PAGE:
(Wouldn’t it be interesting to be able to view the “Eyes Upon Neillsville” film now?  Another part of our local history lost. DZ)                                                                                                                   


See the New 1941 Buick Fire Ball on display now!  At Zilk Villa Service Station in Neillsville.


Loyal Days - the annual celebration at Loyal will take place Friday, Saturday and Sunday, Sept. 13, 14 and 15.  There will be exhibits, bands, games, pet parade and amusements, with a band concert at 7:30 p.m. Sunday.


Auction!  Saturday, Sept. 14, 1:30 p.m.  Household Goods: 2 bedsteads and springs, radiating heater, bird cage, long bench, show case, canned goods, Mason jars, Garden crop, also House for Rent.  O. Knoop, West Fourth Street, Neillsville


Fifty-six aliens residing in Clark County have applied for registration at the post office here under the terms of the Alien Registration act.  Post Master Louis W. Kurth said Tuesday.  Those who have applied to register will be notified shortly when to return to the post office to complete the registration, Mr. Kurth said.  Registration must be completed by December 16.  Other post offices in Clark County at which aliens may register are Thorp and Owen.


Word received by Captain W. B. Tufts yesterday indicates that the local Service Company will be called into Federal Service October 15, 1940.


Present plans call for the unit to remain at the home station from there to 10 days to complete records, start basic training and complete physical examinations of officers and men.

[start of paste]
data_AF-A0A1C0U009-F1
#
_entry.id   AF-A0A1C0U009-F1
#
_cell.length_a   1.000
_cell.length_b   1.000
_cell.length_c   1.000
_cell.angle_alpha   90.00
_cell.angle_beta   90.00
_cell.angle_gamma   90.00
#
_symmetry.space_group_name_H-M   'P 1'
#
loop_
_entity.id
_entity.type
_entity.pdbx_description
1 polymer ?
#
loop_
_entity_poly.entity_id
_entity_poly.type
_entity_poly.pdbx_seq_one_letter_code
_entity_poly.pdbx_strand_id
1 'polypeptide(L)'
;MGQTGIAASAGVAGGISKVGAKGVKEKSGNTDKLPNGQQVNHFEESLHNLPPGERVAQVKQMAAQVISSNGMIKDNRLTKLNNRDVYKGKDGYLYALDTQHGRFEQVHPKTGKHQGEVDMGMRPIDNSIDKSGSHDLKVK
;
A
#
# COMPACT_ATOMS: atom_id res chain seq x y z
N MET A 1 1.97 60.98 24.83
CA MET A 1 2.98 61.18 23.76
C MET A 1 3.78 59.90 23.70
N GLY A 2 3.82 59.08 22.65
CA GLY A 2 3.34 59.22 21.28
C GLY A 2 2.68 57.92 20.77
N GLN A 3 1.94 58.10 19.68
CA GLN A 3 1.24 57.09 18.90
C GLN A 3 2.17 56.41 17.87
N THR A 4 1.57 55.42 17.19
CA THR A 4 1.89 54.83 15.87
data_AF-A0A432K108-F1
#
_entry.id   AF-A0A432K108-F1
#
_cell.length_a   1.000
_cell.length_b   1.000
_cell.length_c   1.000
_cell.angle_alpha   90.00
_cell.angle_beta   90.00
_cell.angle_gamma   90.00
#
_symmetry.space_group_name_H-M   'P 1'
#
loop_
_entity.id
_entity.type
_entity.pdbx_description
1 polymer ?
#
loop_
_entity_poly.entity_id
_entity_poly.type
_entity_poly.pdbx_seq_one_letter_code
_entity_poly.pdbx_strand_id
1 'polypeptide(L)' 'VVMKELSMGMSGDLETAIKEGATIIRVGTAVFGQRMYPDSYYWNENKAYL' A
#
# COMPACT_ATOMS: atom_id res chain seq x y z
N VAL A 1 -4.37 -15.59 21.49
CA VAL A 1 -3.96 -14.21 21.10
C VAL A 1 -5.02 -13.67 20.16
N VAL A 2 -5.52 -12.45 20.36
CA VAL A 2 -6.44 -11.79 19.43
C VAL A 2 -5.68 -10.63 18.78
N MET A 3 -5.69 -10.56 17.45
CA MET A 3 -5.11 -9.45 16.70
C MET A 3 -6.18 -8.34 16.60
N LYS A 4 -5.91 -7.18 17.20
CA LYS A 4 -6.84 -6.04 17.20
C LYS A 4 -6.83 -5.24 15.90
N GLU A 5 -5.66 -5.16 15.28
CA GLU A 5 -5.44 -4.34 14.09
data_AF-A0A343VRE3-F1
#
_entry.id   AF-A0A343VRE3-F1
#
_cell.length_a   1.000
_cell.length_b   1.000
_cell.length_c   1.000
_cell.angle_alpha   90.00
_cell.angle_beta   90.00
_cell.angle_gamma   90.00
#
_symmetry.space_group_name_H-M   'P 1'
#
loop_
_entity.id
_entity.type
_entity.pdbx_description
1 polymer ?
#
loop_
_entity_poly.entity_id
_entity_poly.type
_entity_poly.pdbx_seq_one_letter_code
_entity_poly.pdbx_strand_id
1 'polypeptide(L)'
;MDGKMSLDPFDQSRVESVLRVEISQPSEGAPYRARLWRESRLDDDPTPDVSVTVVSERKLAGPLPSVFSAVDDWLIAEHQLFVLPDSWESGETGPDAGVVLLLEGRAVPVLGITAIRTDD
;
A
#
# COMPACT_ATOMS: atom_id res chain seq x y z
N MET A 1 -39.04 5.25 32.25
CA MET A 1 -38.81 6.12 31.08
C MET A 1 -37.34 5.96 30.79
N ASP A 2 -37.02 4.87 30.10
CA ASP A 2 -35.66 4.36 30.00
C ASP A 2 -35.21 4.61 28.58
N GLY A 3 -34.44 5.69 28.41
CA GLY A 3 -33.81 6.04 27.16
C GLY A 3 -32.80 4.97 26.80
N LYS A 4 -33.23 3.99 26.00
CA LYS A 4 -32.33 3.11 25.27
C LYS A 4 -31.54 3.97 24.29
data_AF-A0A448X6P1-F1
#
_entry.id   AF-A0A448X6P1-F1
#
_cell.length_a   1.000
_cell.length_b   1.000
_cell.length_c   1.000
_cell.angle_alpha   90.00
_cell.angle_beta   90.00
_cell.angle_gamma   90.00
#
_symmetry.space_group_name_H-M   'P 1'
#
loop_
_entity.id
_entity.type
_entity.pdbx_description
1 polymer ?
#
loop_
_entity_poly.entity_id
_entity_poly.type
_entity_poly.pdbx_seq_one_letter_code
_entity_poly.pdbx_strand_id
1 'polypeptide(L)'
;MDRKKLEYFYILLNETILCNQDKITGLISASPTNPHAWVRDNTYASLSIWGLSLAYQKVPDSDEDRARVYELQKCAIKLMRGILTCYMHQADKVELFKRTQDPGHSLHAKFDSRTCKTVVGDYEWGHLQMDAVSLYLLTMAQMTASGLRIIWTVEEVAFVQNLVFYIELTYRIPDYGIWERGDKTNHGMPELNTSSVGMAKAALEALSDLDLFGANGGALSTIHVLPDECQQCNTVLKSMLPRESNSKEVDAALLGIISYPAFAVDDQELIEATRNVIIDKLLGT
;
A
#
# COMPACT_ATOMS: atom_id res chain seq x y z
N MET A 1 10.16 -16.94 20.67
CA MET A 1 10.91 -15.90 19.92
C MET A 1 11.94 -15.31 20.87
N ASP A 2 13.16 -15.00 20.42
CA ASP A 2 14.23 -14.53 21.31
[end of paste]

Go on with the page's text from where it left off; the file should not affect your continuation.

The unit will then proceed to a mobilization center, probably Camp Douglas, after which the regiment will move to Alexandria, La., for winter training. 


It is probable that the strength will be increased to 109 men prior to mobilization, in which case approximately 40 additional men can be added to the rolls and go into service with the local unit.


Army regulations prohibit enlistments after midnight of the day preceding the effective date of mobilization, and any enlistments made must come prior to October 12.


Shortages in personnel will probably be filled by draftees, whether before or after going south, is not as yet determined.


The company has at present, in addition to the 57 men authorized by present order, 14 men on the inactive list.  Any other men, single between the ages of 18 and 35, who would line up to go with the local unit, are urged to enlist at once.


(As an expression goes, “Handwriting was on the wall.”   The war building up in Europe and Japan, at that point, put the United States on alert that it could become involved, as it was forced to do after the bombing of Pearl Harbor, Dec. 1941.  DZ)